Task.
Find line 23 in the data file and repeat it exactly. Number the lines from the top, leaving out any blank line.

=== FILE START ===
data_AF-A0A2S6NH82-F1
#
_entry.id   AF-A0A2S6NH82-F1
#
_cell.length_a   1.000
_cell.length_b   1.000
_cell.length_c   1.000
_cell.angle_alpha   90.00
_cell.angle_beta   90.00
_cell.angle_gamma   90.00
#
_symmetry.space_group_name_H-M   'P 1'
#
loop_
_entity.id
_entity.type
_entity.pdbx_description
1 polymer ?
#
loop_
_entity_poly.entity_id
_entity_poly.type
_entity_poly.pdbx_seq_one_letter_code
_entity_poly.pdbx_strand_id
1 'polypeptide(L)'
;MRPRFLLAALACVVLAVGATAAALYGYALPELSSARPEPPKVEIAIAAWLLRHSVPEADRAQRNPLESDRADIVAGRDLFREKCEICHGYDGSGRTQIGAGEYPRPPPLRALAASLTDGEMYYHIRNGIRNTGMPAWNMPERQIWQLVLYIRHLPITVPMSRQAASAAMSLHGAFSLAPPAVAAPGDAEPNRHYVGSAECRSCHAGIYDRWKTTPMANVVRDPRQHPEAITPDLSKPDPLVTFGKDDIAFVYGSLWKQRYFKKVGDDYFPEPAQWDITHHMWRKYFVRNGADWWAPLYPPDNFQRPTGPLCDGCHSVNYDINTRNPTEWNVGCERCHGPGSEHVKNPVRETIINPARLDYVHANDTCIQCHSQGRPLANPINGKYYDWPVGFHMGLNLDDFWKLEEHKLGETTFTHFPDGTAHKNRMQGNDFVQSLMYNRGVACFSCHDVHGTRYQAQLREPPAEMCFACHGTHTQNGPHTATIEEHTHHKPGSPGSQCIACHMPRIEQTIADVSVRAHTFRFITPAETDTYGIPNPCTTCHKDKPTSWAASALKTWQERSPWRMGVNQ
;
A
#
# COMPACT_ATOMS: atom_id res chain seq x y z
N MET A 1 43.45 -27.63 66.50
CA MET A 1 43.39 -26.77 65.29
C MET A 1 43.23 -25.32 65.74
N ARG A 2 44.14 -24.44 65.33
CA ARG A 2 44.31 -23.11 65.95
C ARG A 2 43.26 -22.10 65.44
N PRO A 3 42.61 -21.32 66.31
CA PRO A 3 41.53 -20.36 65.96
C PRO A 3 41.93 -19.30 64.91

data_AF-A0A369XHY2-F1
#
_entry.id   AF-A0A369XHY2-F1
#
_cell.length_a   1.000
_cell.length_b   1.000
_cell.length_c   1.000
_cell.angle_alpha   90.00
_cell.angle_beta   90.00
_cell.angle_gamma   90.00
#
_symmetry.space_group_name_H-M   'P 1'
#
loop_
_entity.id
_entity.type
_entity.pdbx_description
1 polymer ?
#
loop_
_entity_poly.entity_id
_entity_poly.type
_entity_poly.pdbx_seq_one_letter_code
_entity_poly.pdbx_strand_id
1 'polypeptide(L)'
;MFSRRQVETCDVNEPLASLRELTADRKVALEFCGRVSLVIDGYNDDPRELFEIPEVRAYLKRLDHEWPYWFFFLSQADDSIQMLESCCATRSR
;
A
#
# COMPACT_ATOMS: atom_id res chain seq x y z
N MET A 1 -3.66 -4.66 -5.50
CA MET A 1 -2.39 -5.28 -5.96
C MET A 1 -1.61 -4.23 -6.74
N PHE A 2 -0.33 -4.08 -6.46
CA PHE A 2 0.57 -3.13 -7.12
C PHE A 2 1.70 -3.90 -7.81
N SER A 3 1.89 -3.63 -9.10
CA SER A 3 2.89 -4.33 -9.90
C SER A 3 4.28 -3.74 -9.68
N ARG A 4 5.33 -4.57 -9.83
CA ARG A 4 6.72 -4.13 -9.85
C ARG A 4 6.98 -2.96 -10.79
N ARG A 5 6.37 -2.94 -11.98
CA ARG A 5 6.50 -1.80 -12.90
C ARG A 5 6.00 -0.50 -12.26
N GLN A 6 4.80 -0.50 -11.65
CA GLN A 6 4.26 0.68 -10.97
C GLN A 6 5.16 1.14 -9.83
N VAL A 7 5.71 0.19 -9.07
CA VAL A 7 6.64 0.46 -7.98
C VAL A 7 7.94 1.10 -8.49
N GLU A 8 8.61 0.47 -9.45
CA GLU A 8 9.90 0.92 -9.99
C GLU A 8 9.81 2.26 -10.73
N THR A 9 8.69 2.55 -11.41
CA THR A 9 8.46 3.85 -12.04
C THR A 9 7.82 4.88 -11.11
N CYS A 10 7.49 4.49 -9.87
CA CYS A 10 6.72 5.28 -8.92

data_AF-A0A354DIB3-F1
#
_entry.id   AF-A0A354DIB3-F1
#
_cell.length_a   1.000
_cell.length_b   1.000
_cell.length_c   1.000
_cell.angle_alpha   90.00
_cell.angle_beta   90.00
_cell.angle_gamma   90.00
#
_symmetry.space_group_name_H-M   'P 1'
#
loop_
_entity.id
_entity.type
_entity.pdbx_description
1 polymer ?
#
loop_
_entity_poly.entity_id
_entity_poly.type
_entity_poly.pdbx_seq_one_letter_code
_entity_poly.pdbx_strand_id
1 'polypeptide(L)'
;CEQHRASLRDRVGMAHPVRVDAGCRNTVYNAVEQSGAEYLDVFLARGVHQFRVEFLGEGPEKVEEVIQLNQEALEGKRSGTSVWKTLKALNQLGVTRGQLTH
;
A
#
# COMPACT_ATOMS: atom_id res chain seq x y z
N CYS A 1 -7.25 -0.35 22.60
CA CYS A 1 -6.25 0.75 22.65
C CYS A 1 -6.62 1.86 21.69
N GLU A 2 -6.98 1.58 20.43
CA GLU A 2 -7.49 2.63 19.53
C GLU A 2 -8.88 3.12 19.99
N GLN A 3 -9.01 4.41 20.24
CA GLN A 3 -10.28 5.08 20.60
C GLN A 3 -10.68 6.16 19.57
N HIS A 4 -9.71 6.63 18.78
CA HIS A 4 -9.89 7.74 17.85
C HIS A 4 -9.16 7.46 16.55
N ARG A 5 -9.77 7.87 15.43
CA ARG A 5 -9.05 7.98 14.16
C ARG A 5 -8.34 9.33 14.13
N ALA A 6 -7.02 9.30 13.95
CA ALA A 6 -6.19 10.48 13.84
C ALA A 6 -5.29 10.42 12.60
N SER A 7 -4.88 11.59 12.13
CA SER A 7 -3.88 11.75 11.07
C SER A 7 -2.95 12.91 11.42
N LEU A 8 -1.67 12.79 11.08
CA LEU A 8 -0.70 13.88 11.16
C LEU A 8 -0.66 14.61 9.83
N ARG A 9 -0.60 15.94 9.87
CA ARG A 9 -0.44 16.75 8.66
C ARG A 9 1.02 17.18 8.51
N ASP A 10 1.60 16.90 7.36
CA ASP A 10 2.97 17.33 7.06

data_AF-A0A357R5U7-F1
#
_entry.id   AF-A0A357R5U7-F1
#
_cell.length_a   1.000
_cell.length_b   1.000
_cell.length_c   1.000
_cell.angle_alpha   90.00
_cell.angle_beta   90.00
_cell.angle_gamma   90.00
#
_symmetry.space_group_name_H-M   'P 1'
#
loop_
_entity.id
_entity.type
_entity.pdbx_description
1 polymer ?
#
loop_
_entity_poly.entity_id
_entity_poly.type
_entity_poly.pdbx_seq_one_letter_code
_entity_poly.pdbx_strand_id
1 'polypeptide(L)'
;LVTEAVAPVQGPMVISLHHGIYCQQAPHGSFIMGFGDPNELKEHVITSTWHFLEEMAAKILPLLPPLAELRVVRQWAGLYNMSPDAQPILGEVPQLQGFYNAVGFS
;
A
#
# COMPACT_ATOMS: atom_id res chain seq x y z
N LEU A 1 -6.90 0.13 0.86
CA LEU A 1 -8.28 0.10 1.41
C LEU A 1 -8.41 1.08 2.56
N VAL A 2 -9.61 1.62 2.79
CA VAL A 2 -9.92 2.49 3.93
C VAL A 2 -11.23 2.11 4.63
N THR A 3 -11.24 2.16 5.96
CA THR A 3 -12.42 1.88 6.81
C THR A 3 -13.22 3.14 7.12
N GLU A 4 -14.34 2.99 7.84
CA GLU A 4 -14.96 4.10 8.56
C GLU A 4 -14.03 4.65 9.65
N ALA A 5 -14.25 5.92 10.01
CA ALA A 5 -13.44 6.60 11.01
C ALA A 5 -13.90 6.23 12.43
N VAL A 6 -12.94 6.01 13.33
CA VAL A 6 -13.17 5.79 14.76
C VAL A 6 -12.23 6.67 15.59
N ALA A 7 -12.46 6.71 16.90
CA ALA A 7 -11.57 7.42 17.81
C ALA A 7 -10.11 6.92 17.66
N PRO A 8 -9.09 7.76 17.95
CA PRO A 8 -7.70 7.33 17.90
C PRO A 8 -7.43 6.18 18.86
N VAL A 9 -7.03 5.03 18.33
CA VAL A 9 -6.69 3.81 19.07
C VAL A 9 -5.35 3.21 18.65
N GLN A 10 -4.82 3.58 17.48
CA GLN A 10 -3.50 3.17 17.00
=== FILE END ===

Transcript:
_entity_poly.pdbx_seq_one_letter_code